17 Nov U.S. Ties Jamaica, Stumbling Only Days After Beating Mexico
How do you keep your buzz going after an electrifying win over your fiercest rival in front of a raucous home crowd?
How do you keep that momentum alive days later in a nearly empty stadium, on a pockmarked field, a thousand miles from home?
Those were the questions for the United States men’s national soccer team on Tuesday night as it lined up to face Jamaica in its eighth qualifying match for the 2022 World Cup, four days after a thrilling, emotional victory over Mexico.
And for 90 or so minutes in Kingston, the Americans never really came up with answers, looking mostly spiritless in a 1-1 draw.
“That was a rough game, not the result that we wanted,” said Timothy Weah, whose first-half goal was a bright spot in the team’s otherwise lackluster night. “Coming into the game, we wanted to win.”
U.S. Coach Gregg Berhalter characterized the draw as a good result: a hard-earned point in a tough environment on the road. But he acknowledged the outcome might have fallen short of some of the players’ expectations.
It also ended their brief stay atop the group standings in Concacaf. Canada beat Mexico, 2-1, in snowy Edmonton hours after the United States tied Jamaica. That victory sent the Canadians in the top spot — for the moment — as they try to qualify for their first World Cup since 1986.
Mexico slipped to third, just behind the United States, which will visit Canada in January. The top three teams in the group qualify automatically for next year’s World Cup in Qatar. The fourth-place finisher can still make the field through a playoff with a team from another region.
Heading into the match, Berhalter said, he had warned his young players about letting their energy levels dip after their big win over Mexico.
“In the coaching world you talk about trap games,” Berhalter had said. “You talk about putting that last game behind you, and the next game is the most important game.”
He called Tuesday’s meeting against Jamaica a “massive game.” But neither the team’s play nor the atmosphere reflected that premise.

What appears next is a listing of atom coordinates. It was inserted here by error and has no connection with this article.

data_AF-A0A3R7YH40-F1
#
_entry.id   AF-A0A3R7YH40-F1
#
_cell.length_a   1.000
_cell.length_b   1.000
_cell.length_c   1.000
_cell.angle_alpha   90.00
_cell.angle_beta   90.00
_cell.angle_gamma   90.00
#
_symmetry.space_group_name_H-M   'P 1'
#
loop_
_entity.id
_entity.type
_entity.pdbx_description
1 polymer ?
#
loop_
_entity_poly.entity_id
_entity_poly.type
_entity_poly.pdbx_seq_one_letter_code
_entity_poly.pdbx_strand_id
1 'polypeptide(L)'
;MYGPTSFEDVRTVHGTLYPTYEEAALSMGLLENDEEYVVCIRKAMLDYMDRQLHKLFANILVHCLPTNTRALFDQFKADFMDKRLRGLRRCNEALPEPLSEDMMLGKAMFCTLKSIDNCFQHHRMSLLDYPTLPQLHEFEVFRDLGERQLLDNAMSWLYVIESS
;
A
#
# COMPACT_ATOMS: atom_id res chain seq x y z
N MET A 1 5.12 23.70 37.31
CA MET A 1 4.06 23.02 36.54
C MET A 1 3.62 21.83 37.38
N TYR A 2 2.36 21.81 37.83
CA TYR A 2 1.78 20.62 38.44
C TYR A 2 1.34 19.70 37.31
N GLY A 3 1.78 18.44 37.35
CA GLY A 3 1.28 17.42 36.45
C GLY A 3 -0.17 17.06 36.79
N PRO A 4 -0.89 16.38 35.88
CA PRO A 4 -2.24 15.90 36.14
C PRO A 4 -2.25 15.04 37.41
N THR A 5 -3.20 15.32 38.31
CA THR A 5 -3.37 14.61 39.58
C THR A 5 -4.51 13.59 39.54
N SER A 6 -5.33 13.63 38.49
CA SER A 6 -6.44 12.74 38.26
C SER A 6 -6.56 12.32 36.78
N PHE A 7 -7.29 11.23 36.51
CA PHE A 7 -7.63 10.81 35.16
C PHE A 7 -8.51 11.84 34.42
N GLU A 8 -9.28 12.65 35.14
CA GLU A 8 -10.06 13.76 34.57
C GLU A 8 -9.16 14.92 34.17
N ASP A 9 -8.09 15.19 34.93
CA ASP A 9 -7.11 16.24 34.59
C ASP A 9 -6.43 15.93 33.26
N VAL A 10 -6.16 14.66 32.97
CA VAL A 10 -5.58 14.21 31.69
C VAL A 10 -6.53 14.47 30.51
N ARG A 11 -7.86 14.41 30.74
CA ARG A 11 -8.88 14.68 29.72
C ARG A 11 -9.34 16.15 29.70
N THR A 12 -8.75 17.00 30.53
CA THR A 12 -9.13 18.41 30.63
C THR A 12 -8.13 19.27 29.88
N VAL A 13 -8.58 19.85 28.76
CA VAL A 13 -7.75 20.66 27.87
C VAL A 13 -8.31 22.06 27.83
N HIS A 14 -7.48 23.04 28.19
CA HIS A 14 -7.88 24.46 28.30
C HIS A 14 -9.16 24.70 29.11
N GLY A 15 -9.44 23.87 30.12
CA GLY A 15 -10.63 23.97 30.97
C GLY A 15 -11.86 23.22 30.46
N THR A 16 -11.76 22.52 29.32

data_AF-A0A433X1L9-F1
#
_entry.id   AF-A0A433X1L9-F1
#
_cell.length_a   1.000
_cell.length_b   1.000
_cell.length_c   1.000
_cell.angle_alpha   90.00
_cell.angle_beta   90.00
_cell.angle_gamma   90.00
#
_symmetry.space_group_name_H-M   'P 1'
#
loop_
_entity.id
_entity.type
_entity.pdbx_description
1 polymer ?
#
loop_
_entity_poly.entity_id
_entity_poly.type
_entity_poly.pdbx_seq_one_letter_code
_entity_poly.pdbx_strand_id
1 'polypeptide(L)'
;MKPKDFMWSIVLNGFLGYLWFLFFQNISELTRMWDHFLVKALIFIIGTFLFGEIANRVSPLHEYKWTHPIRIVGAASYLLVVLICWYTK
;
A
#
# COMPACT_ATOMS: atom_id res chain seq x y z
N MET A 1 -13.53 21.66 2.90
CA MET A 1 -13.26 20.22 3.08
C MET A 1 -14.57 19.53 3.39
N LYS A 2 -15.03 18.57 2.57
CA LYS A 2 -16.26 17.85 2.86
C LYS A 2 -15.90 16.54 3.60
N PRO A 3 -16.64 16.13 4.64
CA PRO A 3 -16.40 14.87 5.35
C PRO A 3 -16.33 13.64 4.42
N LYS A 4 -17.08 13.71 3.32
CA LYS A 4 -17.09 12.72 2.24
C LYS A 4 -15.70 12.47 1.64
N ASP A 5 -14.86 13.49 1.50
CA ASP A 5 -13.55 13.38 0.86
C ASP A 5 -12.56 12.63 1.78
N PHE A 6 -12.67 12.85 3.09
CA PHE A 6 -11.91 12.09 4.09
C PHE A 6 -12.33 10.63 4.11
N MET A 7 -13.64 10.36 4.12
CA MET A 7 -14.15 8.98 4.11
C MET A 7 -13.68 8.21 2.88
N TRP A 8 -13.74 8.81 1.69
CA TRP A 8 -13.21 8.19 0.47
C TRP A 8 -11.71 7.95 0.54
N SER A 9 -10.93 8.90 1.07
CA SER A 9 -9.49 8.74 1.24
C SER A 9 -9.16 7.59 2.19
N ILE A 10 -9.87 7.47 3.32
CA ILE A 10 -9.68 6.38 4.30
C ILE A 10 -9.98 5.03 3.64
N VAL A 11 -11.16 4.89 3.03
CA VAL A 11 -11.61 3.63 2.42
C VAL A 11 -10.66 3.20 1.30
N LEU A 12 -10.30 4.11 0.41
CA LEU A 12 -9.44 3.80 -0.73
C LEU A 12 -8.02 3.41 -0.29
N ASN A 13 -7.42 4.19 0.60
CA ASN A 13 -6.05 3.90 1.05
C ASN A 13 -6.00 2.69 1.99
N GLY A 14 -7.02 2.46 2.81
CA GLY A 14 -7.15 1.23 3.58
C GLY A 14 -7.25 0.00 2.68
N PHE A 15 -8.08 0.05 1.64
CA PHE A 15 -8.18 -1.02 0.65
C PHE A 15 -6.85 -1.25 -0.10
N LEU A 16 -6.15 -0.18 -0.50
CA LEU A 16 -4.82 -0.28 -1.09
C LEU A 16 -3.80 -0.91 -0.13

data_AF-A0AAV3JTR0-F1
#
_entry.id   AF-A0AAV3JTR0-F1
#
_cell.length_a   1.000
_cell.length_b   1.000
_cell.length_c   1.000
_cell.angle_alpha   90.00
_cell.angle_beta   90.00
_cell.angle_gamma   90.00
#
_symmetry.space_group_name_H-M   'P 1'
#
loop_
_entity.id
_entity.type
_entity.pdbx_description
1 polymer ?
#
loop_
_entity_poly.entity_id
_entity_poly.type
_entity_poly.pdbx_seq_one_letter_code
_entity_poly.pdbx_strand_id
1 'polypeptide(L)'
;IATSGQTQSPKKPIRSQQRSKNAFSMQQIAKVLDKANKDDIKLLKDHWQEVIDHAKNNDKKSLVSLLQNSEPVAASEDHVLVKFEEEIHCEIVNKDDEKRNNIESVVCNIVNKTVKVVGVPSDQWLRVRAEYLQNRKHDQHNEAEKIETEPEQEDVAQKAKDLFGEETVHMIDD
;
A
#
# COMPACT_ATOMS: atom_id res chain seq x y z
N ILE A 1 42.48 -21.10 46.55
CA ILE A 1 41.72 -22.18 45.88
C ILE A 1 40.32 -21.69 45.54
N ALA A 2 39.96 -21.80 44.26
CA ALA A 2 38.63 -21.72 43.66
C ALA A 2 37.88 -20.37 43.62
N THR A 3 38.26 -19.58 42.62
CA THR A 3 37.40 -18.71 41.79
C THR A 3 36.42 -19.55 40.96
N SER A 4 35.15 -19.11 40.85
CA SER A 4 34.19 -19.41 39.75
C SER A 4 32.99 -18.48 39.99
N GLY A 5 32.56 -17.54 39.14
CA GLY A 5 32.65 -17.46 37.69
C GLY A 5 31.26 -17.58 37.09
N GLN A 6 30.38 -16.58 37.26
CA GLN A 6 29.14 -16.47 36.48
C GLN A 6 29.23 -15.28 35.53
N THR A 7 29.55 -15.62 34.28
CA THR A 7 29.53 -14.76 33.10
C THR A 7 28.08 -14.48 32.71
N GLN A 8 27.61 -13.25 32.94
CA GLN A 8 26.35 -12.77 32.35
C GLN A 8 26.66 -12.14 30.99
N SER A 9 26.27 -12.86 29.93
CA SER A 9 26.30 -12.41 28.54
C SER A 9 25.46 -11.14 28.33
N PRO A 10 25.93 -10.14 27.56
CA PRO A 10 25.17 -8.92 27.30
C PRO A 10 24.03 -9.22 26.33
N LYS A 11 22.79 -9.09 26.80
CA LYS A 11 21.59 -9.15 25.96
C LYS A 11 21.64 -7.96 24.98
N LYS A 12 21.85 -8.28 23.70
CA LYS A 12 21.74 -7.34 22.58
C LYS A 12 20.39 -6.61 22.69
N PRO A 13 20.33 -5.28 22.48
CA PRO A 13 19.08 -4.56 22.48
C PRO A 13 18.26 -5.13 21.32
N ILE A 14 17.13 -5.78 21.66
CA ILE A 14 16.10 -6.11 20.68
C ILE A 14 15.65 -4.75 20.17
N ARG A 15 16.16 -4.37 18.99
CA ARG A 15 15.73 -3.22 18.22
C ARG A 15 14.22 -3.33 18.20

The stands were mostly empty as a result of pandemic restrictions, and the match played out on a dry, tattered field that grew increasingly shredded as the minutes progressed.
On the ragged grass, each team was at least able to each create one moment of beauty.
In the 11th minute, a give-and-go with Ricardo Pepi sent Weah skipping dangerously into the penalty area, where a crowd of Jamaicans awaited. But Weah kept going, dancing through two defenders, keeping his balance while tiptoeing around a last-gasp challenge, before flicking the ball with his left foot off the far post and into the net.
Weah said the game held special meaning for him: While his father is the former world player of the year George Weah, the current president of Liberia, his mother’s side of the family is Jamaican, and his aunt was at the game.
“My parents, they talked to me about it,” Weah said before the game. “They said don’t go too hard on their country. But obviously business is business.”
Jamaica meant business, too. Michail Antonio, the third-leading scorer in the English Premier League, evened the score in thrilling fashion only 11 minutes later when he dribbled into a cubbyhole of a space more than 30 yards from the goal and decided to blast a speculative shot toward the net. The ball sailed over the outstretched arms of the American goalkeeper, Zack Steffen, and under the crossbar, sparking cheers from the sparse, happily stunned crowd.
“It’s one of those goals where you just turn around and clap your hands and say, ‘Amazing goal, amazing individual effort,’” Berhalter said.
Jamaica had been flat through the first seven games of World Cup qualifying, accumulating only six points of a possible 21. But the United States has historically struggled to make an impact in Kingston, having collected one win, one loss and four draws in its previous six World Cup qualifying games in Jamaica before Tuesday.
The Jamaicans lacked ambition and ideas at times on offense, but they made up for it with a level of physicality bordering on roughness. They appeared to take the lead in the dying minutes of the game when Damion Lowe scored on a header. But he was whistled for a foul (a call that replays showed to be questionable) that negated the goal.
The United States looked pedestrian too, particularly in the midfield, where the presence of Weston McKennie, who missed the game because of yellow card accumulation, seemed to be missed.
“It was a great experience for our team to go through that,” said Berhalter, who noted that the field conditions had disrupted some of his team’s passing efforts, “but you can see the guys are disappointed.”
Christian Pulisic, who had scored against Mexico but is still working his way back to fitness from a high ankle sprain, entered the game as a substitute with about half an hour to go. Coming into the game in a similar situation on Friday, he had headed in the go-ahead goal.
But he failed to conjure any salve for the Americans’ problems on Tuesday night, leaving the United States wondering where all the energy and urgency went.
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